The University of Arizona

Gaming the Classroom: The Transformative Experience of Redesigning the Delivery of a Political Science Class

Mikael Hellstrom


Game mechanics can motivate users beyond what is normally expected. Research has shown that this technique can be used to enhance the learning experience for students on all educational levels. The paper details the experiences of transforming traditional lecture-based courses in undergraduate political science to gamification and game-based learning, and it presents the reader with a toolkit for how to make such a conversion based on the author’s experiences. An overview of selected scholarly literature on teaching informs the reflection on this transformation. The paper concludes that gamification and game-based learning can provide benefits in political science education when leveraging formative assessment, flipped classrooms, and game-based learning. It also finds that there might be some institutional barriers to the adoption of these tools, primarily associated with the institutionalization of the bell curve as a guideline for the distribution of student grades. The paper ends with some reflections on possible future research areas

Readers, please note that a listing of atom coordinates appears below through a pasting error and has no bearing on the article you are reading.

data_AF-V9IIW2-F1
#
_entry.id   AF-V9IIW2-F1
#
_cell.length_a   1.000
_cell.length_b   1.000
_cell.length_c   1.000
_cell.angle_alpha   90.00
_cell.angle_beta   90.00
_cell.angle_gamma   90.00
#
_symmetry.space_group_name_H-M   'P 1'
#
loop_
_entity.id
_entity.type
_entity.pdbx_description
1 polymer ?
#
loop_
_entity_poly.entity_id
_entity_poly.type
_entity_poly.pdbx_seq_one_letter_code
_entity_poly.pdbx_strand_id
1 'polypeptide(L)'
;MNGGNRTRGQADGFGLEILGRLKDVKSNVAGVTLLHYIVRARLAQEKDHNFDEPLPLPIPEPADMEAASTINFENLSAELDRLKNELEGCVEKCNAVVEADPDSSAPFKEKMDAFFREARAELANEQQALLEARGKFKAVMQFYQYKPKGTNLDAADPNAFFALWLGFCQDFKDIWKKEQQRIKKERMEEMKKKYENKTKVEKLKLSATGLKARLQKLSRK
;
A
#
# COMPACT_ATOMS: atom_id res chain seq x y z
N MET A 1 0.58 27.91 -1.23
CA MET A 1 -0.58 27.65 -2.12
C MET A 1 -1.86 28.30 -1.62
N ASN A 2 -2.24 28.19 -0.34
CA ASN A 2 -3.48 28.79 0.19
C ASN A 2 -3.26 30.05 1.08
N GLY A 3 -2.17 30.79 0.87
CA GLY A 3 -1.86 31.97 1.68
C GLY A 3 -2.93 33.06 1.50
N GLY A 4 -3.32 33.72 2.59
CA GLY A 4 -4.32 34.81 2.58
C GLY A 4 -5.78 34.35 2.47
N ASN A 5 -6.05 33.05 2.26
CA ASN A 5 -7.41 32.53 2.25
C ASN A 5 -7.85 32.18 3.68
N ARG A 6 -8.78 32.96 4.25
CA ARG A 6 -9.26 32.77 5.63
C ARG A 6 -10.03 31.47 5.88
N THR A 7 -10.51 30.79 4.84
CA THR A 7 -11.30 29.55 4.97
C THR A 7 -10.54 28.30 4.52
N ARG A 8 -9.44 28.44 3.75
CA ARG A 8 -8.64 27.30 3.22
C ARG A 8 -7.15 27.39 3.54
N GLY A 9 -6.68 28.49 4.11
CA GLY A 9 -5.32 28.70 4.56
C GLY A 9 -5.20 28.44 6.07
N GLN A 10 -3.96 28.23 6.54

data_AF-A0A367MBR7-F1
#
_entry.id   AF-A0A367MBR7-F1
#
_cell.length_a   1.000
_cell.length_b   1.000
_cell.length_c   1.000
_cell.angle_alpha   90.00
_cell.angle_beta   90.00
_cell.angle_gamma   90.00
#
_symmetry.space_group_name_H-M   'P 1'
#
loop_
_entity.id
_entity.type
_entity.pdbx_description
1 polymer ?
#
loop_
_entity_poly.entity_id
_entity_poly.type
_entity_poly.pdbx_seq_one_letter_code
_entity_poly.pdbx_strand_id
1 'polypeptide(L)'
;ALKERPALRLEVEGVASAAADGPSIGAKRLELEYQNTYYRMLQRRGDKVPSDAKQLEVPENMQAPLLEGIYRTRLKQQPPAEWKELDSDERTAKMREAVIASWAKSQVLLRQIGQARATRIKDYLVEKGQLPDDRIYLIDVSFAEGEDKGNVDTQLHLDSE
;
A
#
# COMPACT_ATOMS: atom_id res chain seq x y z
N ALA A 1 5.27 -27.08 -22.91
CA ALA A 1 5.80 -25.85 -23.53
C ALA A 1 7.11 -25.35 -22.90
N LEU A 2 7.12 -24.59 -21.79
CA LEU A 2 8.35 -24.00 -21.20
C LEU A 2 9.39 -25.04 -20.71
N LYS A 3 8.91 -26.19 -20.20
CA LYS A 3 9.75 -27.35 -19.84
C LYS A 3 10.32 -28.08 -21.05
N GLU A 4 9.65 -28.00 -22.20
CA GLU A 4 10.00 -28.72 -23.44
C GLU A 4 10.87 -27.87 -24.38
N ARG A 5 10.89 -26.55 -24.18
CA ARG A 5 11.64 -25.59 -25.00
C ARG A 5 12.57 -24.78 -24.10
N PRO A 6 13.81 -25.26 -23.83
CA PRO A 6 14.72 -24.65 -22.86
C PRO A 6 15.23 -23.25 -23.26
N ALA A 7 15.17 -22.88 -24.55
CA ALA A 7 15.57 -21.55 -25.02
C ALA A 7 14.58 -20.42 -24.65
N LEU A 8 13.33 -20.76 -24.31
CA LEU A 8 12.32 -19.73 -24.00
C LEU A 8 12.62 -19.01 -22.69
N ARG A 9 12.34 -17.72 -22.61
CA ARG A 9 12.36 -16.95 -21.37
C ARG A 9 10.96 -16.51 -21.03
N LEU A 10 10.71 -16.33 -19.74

Game-based learning; Gamification; Asessment; Political Science education

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